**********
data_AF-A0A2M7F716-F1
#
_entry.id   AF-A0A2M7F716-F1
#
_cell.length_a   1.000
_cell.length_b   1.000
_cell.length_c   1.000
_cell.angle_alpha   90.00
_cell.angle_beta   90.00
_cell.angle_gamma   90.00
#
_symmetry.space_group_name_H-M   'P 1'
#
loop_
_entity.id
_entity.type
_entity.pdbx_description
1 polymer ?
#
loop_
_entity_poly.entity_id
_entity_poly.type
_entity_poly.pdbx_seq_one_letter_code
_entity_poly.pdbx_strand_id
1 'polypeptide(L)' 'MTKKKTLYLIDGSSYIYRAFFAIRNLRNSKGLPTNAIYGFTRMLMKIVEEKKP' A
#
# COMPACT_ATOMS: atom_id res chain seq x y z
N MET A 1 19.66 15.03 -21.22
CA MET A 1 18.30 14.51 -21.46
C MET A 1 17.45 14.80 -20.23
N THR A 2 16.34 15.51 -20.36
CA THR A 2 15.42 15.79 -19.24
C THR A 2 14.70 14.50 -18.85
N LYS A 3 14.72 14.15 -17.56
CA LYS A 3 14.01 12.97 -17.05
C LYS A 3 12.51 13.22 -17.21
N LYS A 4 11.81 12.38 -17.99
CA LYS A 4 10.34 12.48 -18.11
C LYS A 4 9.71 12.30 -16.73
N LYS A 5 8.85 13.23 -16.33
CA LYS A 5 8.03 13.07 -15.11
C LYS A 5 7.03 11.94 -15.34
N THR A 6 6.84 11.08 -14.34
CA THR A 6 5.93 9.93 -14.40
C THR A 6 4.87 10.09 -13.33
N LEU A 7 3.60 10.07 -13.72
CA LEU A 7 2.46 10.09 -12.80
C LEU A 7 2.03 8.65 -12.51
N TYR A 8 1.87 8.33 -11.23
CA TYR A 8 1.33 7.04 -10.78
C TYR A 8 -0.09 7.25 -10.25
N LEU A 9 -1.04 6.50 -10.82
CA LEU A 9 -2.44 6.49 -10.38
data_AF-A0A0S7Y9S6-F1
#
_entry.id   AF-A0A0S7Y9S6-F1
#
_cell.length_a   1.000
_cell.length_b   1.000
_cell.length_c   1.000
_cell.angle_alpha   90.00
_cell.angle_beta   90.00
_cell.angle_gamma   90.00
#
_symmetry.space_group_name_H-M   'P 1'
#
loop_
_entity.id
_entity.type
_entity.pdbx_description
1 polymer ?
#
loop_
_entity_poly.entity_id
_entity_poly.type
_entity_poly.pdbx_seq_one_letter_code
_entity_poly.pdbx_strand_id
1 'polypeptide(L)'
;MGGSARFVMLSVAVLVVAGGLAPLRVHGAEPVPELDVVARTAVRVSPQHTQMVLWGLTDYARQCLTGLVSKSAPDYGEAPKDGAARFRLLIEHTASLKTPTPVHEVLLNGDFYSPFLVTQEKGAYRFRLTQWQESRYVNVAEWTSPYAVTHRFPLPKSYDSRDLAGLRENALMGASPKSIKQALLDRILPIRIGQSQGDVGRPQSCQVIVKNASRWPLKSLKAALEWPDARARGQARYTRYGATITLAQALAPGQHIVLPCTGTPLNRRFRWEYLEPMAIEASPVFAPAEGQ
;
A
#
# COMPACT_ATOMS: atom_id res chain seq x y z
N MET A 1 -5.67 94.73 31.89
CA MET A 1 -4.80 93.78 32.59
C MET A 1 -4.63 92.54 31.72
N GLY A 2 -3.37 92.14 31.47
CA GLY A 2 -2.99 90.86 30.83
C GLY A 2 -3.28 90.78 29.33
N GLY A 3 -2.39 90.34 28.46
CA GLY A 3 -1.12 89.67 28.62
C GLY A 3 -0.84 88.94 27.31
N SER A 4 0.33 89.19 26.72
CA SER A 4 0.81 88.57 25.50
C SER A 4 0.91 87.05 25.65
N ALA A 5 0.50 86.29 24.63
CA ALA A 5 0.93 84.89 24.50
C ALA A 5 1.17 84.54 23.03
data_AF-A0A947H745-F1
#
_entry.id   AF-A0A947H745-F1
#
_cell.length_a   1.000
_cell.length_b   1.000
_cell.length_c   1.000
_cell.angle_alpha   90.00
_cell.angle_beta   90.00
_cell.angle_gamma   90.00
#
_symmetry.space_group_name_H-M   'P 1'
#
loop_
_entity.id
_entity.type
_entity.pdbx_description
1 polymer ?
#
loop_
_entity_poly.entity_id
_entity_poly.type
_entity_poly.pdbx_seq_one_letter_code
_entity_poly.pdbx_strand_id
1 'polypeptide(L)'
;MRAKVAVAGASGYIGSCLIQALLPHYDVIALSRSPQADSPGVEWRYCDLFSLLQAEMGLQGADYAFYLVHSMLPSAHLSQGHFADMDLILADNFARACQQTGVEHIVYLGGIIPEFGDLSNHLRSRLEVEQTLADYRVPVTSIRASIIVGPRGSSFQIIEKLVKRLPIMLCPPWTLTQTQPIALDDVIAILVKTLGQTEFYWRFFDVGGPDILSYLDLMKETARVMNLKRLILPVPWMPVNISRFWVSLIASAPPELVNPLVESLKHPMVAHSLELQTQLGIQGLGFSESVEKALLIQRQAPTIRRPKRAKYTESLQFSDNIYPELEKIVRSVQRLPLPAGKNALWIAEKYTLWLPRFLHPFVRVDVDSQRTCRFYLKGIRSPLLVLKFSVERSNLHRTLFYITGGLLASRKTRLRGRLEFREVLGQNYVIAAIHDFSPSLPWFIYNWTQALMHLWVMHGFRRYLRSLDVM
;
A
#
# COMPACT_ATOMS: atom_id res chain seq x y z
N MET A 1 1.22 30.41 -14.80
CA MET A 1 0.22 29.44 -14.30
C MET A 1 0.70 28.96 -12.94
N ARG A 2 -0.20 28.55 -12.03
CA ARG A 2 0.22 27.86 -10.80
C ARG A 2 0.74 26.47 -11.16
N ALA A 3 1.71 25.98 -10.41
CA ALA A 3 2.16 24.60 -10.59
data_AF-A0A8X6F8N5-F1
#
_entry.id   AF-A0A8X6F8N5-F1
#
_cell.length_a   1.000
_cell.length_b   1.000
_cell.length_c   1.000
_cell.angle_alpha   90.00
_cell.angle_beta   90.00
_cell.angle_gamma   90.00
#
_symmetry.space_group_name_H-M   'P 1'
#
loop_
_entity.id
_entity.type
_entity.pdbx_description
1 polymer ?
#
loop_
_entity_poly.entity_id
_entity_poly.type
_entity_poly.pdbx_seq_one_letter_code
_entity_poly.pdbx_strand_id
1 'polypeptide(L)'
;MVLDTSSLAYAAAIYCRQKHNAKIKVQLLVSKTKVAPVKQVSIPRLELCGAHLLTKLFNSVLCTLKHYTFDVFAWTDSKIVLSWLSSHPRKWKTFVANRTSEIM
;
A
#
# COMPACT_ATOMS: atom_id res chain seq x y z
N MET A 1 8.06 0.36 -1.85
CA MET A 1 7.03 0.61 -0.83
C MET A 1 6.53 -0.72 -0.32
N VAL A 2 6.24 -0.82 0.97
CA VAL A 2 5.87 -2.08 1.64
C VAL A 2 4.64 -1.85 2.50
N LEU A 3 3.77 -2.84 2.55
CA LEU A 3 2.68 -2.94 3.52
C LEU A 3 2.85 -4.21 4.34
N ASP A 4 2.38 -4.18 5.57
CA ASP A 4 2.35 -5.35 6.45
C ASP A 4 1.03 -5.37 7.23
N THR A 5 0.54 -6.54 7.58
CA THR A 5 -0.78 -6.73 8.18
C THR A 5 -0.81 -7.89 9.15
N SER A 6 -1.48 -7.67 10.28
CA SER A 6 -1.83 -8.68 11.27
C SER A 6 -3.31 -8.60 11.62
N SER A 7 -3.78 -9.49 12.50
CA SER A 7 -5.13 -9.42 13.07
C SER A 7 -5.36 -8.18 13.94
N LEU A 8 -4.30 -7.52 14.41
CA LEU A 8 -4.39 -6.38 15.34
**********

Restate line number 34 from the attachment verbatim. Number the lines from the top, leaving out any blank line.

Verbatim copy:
N LYS A 3 14.72 14.15 -17.56